The key question every Zimbabwean community must ask itself is, what can we do within our means and circumstances to create or add value to our communities and to our nation? This was said by President Emmerson Mnangagwa today in his weekly article in the Sunday Mail.
The other question is: What support do we need for that to happen? Support financial; support technological; support by way of research and development and, of course, support by way of skills and markets for finished goods.
“Only that way do we live true to our mantra of leaving no one and no place behind,” Mnangagwa said.
“I am happy that our rural communities are already beginning to witness the beginnings of industrialisation. This thrust must strengthen as we move into the future. Rural industrialisation should become the next greatest miracle Zimbabwe shows to, and shares with our African brethren.
“China did no less, and lifted millions out of poverty. Again, I expect more involvement of our tertiary institutions, which must engage in purposeful, community- and local resource-based research for rural industrialisation.”
Below is the full article:
In two days, our Nation celebrates 43 years since attaining statehood on April 18, 1980. That momentous event in 1980 followed a protracted liberation struggle, during which tens of thousands of our people paid the ultimate price. Many more were injured, with some still nursing wartime wounds to this day. Our freedom, thus, did not come cheap, which is why we hold it so dear and priceless for all times, and across generations.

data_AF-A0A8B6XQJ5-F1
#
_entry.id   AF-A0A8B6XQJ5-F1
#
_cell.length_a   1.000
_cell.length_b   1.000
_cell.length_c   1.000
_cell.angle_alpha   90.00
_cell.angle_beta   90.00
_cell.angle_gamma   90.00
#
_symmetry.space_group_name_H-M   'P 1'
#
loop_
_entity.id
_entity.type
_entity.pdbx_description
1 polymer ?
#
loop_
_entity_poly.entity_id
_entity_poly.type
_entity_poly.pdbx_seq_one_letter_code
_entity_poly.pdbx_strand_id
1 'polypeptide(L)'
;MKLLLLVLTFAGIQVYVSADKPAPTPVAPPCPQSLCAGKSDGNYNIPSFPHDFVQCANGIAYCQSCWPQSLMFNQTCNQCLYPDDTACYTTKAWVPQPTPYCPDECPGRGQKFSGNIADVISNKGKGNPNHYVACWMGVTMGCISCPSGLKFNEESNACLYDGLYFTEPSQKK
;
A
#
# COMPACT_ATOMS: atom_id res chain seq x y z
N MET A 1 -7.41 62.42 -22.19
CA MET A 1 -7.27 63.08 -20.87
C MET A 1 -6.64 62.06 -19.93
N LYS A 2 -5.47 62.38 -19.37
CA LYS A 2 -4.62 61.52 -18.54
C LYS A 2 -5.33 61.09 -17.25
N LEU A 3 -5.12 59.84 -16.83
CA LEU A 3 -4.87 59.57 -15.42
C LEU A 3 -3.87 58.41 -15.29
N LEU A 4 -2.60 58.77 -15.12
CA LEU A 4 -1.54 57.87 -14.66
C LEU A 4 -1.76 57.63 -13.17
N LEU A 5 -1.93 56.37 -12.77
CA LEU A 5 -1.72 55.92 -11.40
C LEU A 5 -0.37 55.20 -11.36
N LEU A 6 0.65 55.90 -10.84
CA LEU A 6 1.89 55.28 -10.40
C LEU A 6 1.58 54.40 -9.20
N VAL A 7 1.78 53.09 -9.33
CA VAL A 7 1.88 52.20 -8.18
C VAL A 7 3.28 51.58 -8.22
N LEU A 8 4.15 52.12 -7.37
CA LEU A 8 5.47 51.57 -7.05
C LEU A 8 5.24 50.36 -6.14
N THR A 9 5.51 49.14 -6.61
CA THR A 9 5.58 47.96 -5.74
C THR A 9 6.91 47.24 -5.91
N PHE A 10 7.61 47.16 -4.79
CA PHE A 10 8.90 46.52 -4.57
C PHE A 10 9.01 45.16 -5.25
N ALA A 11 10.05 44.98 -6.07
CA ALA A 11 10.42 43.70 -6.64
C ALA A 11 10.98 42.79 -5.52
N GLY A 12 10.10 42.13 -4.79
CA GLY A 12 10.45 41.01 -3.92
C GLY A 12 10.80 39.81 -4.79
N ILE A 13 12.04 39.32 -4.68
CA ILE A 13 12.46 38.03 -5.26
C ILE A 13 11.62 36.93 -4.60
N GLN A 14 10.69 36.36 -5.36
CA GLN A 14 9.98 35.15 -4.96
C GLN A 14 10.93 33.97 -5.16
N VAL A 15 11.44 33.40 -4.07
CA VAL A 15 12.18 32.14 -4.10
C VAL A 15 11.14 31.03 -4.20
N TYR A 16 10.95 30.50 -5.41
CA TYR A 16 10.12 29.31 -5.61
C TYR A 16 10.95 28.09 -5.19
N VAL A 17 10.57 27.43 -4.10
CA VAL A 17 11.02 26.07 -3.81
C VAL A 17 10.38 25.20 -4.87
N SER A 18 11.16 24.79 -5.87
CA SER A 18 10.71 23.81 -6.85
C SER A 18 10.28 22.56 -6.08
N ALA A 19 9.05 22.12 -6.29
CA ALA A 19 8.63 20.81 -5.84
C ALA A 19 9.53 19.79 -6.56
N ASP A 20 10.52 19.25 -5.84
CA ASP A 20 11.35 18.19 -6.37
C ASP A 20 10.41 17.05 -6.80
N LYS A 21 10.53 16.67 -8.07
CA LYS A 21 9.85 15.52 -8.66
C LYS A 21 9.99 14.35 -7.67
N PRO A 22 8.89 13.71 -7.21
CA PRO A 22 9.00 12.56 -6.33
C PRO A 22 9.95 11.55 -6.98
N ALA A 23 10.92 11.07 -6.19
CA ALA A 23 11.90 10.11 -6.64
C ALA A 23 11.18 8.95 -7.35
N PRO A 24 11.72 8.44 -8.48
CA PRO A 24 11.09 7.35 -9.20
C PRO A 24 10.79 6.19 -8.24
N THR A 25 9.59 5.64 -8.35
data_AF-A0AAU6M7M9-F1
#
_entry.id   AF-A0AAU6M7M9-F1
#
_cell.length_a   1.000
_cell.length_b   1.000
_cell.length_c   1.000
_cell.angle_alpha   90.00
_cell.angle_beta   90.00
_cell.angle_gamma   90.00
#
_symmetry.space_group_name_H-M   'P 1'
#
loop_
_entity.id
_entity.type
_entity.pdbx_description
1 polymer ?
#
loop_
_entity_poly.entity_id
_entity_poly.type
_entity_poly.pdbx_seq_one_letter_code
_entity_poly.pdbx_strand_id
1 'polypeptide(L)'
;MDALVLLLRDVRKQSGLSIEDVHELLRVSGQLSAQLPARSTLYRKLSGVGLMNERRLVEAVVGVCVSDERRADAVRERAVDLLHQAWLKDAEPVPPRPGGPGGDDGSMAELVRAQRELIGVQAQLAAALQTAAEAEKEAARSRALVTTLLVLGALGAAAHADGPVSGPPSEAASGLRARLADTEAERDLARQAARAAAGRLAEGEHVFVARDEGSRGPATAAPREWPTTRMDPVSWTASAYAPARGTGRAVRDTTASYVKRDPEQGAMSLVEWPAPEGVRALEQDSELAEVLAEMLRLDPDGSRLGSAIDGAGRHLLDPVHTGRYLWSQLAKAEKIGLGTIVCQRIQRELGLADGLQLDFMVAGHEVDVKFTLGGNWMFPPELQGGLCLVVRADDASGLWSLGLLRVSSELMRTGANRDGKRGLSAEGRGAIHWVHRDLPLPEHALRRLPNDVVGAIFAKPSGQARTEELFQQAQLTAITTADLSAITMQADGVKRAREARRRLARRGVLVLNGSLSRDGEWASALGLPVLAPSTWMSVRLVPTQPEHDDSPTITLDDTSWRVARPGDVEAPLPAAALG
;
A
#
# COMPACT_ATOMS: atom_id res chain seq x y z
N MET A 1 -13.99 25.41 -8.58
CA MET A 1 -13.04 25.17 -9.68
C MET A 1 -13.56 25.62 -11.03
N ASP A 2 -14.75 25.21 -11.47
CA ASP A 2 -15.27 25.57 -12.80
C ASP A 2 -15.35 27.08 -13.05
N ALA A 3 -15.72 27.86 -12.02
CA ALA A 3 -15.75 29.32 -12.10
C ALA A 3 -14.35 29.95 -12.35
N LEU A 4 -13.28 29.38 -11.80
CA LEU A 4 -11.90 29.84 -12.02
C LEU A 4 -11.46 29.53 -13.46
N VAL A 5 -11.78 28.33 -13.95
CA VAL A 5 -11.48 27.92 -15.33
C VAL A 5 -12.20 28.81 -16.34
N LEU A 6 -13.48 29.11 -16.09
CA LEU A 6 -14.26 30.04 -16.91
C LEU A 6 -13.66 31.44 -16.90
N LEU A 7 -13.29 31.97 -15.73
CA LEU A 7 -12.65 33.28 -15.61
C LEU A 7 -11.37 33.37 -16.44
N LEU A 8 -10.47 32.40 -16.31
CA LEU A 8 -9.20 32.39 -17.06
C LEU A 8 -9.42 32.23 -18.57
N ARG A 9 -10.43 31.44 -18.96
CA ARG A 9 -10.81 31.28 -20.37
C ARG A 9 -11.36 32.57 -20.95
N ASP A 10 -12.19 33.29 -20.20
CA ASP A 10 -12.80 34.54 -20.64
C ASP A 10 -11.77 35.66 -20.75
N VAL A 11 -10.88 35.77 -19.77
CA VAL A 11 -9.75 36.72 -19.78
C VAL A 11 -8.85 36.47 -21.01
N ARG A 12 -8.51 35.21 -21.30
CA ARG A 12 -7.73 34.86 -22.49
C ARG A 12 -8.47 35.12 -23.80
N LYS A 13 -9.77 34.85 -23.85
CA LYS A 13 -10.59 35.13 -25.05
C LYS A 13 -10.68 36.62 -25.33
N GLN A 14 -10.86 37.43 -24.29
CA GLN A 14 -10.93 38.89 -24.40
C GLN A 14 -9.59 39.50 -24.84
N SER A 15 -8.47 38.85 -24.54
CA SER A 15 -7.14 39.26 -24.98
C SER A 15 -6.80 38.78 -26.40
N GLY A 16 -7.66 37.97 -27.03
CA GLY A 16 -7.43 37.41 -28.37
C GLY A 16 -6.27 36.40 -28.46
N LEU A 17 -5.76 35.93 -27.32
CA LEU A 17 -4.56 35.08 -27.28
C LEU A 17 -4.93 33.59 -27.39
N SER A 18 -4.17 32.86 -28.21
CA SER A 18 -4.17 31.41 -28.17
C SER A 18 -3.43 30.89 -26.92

April 18 evokes mixed feelings: feelings of pain and joy; of tears and triumph; of grief and grandeur. We will never forget those brave men and women who laid down their lives so such a day would come, and so our Zimbabwe would be born: sovereign and self-governing. Many still lie in unmarked graves, closer to where they fell as they battled a brutal foreign occupying force which had entrenched itself across our land. We should never forget this grim fact as we celebrate.
We all must cherish our Independence and celebrate it without let or hindrance.
This year’s celebration of this historic and solemn day will be held in Mt Pfura, renamed Mt Darwin by the hunter-occupier, Frederick Courtney Selous, back in the 19th Century. He renamed it in honour of the racist British naturalist, Charles Robert Darwin, famed for his theory of Evolution, and whose remains lie buried in Westminster Abbey, alongside other British imperialist figures like David Livingstone. Like Selous, Livingstone also renamed our iconic Mosia-oa-Tunya to Victoria Falls, in honour of his British Queen Victoria. To this day, we still know this Seventh Wonder of the World by that name.
We go to Mt Pfura to overwrite this shameful colonial heritage; and to affirm, assert, reconnect with and proclaim our own heritage of National Struggle. Mt Pfura lies in Mashonaland Central, itself the last citadel of the Rozvi Empire before its demise. It is also the province of the decisive phase of our Second Chimurenga.
All that history must come into focus.
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